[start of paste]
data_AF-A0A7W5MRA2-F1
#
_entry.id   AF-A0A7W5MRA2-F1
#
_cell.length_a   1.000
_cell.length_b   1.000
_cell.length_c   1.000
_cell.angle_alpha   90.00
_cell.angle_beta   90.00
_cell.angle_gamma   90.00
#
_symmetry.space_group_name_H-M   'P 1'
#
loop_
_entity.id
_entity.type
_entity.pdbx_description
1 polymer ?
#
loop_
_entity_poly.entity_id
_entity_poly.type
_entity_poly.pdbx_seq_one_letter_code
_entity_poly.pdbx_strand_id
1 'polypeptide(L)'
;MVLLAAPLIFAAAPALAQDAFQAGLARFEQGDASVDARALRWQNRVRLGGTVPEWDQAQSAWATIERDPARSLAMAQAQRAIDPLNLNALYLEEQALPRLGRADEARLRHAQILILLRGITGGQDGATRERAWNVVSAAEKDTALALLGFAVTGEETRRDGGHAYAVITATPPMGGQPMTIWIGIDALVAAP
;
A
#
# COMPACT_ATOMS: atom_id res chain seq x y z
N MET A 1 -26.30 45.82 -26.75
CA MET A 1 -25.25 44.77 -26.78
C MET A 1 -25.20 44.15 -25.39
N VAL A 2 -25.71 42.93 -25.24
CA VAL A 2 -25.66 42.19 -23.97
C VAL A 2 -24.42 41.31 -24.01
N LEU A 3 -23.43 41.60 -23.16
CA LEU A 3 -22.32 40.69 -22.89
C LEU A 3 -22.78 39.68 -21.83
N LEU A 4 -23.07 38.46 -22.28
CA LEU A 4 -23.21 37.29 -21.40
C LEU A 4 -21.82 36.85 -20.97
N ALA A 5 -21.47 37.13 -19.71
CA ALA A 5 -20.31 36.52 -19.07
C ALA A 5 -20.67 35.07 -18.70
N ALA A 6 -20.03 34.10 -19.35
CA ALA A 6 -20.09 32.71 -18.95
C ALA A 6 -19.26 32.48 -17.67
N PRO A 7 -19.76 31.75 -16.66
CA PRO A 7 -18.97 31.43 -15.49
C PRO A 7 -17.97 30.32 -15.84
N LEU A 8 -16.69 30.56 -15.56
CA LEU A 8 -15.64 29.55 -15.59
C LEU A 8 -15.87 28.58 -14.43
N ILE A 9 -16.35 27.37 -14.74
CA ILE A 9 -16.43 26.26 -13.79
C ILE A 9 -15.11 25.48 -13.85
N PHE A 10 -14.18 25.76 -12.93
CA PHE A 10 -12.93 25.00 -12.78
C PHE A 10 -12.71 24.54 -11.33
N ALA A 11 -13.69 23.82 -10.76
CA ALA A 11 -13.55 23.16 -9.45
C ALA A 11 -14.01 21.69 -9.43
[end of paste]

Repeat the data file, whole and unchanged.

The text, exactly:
data_AF-A0A7W5MRA2-F1
#
_entry.id   AF-A0A7W5MRA2-F1
#
_cell.length_a   1.000
_cell.length_b   1.000
_cell.length_c   1.000
_cell.angle_alpha   90.00
_cell.angle_beta   90.00
_cell.angle_gamma   90.00
#
_symmetry.space_group_name_H-M   'P 1'
#
loop_
_entity.id
_entity.type
_entity.pdbx_description
1 polymer ?
#
loop_
_entity_poly.entity_id
_entity_poly.type
_entity_poly.pdbx_seq_one_letter_code
_entity_poly.pdbx_strand_id
1 'polypeptide(L)'
;MVLLAAPLIFAAAPALAQDAFQAGLARFEQGDASVDARALRWQNRVRLGGTVPEWDQAQSAWATIERDPARSLAMAQAQRAIDPLNLNALYLEEQALPRLGRADEARLRHAQILILLRGITGGQDGATRERAWNVVSAAEKDTALALLGFAVTGEETRRDGGHAYAVITATPPMGGQPMTIWIGIDALVAAP
;
A
#
# COMPACT_ATOMS: atom_id res chain seq x y z
N MET A 1 -26.30 45.82 -26.75
CA MET A 1 -25.25 44.77 -26.78
C MET A 1 -25.20 44.15 -25.39
N VAL A 2 -25.71 42.93 -25.24
CA VAL A 2 -25.66 42.19 -23.97
C VAL A 2 -24.42 41.31 -24.01
N LEU A 3 -23.43 41.60 -23.16
CA LEU A 3 -22.32 40.69 -22.89
C LEU A 3 -22.78 39.68 -21.83
N LEU A 4 -23.07 38.46 -22.28
CA LEU A 4 -23.21 37.29 -21.40
C LEU A 4 -21.82 36.85 -20.97
N ALA A 5 -21.47 37.13 -19.71
CA ALA A 5 -20.31 36.52 -19.07
C ALA A 5 -20.67 35.07 -18.70
N ALA A 6 -20.03 34.10 -19.35
CA ALA A 6 -20.09 32.71 -18.95
C ALA A 6 -19.26 32.48 -17.67
N PRO A 7 -19.76 31.75 -16.66
CA PRO A 7 -18.97 31.43 -15.49
C PRO A 7 -17.97 30.32 -15.84
N LEU A 8 -16.69 30.56 -15.56
CA LEU A 8 -15.64 29.55 -15.59
C LEU A 8 -15.87 28.58 -14.43
N ILE A 9 -16.35 27.37 -14.74
CA ILE A 9 -16.43 26.26 -13.79
C ILE A 9 -15.11 25.48 -13.85
N PHE A 10 -14.18 25.76 -12.93
CA PHE A 10 -12.93 25.00 -12.78
C PHE A 10 -12.71 24.54 -11.33
N ALA A 11 -13.69 23.82 -10.76
CA ALA A 11 -13.55 23.16 -9.45
C ALA A 11 -14.01 21.69 -9.43